soon erupted into chaos as they decided to teach us one of their songs. 
It was a little more energetic than we bargained for! 
Order was eventually restored.

Khiva, Uzbekistan.

The rooftops of Khiva are a beautiful site and well worth the climb up a tower to see them. The minaret featured really is leaning a bit. Some intrepid travellers climbed up that too, but I preferred to avoid achey knees and spent the time looking at an exhibition of photos by Uzbekistan's first professional photographer which provided a fascinating account of this country.
Yummy?

A delicious selection of fried insects and arachnids in Cambodia!  They are becoming quite popular in expensive 'designer' restaurants now in Europe. One of my travelling companions ate a whole tarantula. I managed only a leg and got furry bits stuck in my teeth. We lived to tell the tale.


The Road to Mandalay.


The road to Mandalay was long and winding. Unexpected festivals blocked the way with traffic jams comprising buses, bullock carts and motorbikes but who cared, we just joined in.



PS: I'm aware the font changed. No matter how many time I tried to adjust, it wouldn't work.




Friday, 18 August 2017

When should we give up?

I don't mean giving up on writing, but when should we give up on a particular story?

Like most short story writers I've submitted to competitions and magazines and like many of us, have received more rejections than acceptances. I've resubmitted several pieces elsewhere and have sometimes received more welcome news, with a placement or even a prize.  This has often come on the story's 3rd or 4th outing. Some were resubmitted after a few tweaks, a couple went exactly as they were.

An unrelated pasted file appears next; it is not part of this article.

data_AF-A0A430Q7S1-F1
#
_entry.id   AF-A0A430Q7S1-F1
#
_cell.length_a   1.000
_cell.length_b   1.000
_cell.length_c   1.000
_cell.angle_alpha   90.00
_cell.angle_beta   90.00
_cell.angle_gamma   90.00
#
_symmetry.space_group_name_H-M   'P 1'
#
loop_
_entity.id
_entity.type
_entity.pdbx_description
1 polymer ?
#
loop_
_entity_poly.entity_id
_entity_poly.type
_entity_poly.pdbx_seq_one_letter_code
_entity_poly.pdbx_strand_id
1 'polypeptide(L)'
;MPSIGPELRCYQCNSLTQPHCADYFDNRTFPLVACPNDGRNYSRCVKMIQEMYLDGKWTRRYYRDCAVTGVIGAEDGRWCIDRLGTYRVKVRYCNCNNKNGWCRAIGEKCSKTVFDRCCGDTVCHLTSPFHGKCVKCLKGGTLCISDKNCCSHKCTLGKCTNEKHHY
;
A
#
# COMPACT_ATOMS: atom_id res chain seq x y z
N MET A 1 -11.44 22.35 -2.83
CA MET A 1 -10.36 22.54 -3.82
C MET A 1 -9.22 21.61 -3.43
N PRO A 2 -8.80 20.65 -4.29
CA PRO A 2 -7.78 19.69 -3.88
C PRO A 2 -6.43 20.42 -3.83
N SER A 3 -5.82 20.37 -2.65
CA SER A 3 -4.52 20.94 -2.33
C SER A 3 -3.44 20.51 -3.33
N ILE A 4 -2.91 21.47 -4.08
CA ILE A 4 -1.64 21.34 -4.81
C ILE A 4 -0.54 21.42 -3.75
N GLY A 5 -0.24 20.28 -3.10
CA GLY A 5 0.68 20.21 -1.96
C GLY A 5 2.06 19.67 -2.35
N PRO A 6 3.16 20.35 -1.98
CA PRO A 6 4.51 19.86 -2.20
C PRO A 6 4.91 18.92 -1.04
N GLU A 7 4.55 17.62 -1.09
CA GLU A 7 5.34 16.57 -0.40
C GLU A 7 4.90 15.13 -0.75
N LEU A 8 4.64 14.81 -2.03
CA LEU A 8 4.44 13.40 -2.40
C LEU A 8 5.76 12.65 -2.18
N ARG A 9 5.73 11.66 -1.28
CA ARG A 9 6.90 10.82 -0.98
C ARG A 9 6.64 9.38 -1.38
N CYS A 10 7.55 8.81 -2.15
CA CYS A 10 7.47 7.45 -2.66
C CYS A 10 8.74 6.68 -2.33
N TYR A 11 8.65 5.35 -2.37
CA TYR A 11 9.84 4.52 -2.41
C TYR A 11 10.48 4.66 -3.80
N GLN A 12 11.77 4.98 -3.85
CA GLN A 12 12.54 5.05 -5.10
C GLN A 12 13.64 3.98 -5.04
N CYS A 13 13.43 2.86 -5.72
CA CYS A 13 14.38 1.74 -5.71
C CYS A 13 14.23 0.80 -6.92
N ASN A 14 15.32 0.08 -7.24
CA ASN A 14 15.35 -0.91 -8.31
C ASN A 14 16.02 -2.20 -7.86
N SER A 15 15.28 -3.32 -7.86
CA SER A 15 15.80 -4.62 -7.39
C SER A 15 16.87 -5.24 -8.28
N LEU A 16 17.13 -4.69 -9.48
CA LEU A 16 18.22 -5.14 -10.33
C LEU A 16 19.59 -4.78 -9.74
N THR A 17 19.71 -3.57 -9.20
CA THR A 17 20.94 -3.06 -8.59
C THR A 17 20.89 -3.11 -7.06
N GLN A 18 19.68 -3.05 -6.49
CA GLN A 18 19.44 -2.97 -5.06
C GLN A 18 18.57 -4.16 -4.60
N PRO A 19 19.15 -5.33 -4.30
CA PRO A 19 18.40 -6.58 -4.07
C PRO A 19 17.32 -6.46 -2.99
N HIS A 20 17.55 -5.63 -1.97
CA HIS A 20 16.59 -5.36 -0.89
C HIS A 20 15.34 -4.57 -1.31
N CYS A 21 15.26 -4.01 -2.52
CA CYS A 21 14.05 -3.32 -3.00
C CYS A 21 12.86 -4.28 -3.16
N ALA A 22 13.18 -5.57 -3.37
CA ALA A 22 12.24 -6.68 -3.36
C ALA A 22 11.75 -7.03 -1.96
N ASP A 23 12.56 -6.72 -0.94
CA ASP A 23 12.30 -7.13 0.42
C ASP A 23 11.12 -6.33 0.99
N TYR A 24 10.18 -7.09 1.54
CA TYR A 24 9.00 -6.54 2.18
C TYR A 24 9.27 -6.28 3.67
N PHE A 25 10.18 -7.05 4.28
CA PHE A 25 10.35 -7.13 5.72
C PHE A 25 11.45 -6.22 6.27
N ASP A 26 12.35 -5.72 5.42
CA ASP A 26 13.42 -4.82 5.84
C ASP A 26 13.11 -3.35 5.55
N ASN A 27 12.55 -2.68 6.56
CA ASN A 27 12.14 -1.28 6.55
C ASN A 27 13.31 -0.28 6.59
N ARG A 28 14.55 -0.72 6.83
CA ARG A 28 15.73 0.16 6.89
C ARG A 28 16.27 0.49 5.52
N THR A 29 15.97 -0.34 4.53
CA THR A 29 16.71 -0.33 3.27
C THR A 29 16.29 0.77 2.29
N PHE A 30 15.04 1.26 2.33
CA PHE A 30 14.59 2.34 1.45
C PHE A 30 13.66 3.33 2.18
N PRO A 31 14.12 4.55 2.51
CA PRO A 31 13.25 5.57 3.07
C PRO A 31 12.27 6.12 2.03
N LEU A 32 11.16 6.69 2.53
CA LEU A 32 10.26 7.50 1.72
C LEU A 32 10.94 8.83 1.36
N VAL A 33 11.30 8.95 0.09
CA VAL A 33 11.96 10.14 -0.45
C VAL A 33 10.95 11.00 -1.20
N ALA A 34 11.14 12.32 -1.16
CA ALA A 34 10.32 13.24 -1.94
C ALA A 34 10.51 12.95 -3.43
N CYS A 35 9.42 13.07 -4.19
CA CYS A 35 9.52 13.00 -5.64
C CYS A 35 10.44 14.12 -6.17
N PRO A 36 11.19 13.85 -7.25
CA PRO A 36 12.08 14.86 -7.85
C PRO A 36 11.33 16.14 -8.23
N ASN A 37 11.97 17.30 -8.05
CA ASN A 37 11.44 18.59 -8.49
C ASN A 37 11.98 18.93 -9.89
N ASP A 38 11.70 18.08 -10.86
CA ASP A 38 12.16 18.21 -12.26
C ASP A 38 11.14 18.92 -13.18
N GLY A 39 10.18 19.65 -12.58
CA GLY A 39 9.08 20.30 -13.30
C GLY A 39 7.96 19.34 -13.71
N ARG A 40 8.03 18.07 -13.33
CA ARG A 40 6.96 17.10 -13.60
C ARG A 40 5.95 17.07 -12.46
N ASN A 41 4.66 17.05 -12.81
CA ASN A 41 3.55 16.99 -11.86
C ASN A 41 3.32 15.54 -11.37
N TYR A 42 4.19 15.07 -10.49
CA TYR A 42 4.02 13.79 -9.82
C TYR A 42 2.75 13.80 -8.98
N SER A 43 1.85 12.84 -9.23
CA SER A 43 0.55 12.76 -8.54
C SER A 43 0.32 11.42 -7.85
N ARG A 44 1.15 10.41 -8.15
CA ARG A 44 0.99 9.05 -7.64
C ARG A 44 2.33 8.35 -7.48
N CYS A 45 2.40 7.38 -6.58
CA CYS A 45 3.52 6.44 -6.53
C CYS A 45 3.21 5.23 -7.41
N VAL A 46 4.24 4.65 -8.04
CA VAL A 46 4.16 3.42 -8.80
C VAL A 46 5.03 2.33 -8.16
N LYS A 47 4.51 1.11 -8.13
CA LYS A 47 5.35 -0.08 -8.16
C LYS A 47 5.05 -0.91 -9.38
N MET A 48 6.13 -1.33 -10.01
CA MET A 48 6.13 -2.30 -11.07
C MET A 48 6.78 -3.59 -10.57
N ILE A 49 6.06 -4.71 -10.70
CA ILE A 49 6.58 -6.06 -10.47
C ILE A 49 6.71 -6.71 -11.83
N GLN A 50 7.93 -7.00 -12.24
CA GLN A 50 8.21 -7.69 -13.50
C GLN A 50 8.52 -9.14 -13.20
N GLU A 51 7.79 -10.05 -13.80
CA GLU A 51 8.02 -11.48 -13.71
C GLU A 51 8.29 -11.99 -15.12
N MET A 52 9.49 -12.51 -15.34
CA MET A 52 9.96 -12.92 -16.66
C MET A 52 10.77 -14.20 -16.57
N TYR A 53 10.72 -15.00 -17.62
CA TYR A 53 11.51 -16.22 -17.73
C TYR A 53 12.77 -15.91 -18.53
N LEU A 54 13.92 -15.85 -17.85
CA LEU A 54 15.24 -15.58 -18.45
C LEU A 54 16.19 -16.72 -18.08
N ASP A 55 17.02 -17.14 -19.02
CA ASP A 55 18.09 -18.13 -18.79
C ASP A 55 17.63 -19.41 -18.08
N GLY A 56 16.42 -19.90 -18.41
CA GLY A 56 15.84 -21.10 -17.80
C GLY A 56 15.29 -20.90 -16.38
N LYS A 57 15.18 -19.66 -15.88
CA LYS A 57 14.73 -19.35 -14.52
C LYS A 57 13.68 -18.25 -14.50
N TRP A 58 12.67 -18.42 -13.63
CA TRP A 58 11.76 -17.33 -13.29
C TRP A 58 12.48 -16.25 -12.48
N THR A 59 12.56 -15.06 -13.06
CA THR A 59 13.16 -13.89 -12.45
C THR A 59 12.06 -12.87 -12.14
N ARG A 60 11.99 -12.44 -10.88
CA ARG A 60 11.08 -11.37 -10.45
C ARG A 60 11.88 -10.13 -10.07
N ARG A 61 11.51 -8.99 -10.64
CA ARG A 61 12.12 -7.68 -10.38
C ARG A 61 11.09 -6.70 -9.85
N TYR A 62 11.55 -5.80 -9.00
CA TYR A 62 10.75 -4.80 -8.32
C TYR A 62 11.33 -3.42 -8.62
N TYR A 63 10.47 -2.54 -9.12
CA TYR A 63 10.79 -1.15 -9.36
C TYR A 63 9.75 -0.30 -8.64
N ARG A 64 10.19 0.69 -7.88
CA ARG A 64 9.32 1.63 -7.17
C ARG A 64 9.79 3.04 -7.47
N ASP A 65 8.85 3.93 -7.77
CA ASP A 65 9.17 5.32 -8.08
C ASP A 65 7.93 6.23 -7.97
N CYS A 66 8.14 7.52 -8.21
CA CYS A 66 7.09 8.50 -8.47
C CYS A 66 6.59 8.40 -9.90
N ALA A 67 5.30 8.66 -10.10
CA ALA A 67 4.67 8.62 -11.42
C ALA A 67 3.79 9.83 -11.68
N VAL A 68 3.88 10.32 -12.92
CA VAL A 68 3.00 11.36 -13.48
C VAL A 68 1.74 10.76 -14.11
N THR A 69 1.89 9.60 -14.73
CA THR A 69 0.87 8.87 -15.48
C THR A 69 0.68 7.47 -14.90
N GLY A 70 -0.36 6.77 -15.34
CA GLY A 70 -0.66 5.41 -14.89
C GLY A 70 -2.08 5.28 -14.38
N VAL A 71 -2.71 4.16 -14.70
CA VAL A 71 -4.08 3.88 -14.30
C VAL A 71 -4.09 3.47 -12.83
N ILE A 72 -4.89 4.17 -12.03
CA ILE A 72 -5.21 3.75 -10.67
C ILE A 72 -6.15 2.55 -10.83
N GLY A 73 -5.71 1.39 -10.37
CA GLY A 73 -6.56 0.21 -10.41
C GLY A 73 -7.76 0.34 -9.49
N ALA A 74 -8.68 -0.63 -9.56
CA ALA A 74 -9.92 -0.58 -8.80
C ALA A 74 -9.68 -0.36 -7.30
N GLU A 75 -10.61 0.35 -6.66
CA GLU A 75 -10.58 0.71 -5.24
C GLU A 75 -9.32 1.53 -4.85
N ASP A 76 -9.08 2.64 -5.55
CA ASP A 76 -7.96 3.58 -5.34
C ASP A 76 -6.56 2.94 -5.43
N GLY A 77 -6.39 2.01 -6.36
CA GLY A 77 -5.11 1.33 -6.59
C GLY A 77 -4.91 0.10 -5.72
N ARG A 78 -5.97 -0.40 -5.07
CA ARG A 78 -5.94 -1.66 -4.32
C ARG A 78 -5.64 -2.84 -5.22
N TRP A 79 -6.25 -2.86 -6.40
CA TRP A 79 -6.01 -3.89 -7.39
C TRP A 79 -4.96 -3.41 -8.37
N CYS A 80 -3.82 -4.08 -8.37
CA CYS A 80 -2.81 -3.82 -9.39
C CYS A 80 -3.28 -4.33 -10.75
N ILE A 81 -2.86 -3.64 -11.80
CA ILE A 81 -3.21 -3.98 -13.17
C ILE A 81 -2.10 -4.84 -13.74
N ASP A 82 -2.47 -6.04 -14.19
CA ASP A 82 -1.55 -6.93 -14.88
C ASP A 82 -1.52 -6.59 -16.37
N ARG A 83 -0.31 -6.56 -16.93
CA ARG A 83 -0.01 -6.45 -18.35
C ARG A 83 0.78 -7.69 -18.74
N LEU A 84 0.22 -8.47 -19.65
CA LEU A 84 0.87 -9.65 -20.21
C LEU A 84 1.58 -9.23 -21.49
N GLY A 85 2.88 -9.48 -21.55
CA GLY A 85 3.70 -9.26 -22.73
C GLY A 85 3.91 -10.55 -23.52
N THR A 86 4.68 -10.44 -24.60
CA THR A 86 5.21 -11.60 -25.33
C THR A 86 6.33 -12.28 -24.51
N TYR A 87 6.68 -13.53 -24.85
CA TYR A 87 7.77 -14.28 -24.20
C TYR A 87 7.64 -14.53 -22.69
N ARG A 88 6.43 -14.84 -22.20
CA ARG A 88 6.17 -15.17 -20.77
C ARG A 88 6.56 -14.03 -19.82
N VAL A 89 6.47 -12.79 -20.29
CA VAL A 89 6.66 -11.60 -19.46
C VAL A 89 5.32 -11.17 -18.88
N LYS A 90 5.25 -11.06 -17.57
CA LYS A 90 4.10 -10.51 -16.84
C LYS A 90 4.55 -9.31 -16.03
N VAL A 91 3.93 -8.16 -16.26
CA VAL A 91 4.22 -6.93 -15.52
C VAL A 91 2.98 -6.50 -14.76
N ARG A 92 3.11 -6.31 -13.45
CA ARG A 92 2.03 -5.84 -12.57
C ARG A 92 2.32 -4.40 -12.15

But what about those stories which (I almost said 'who') have been rejected or relegated to the non-long-list pile several times. Obviously one can re-read, examine for flaws and re-write, but when any form of success seems light-years away, what then?

We all know success isn't just about having a good, well-written story, it's also about finding the right magazine or competition. It's also about a bit, or probably quite a lot, of luck. Magazines might be a little more predictable as they give guidelines for submissions, but competitions are a trickier beast.

We are frequently advised to read previous winning stories and if these are readily available online are well worth checking out. Sometimes, though, it means purchasing an anthology, some of which come with fairly hefty price tags. There's a limit to how many we can buy but I guess if we are focusing on specific competitions, this would be money well spent.  But although the long-listers and short-listers may be the same readers, many annual competitions have a different judge each year so unless we can find previous winners selected by this judge we may still be in the dark as to what hits their prize winning criteria.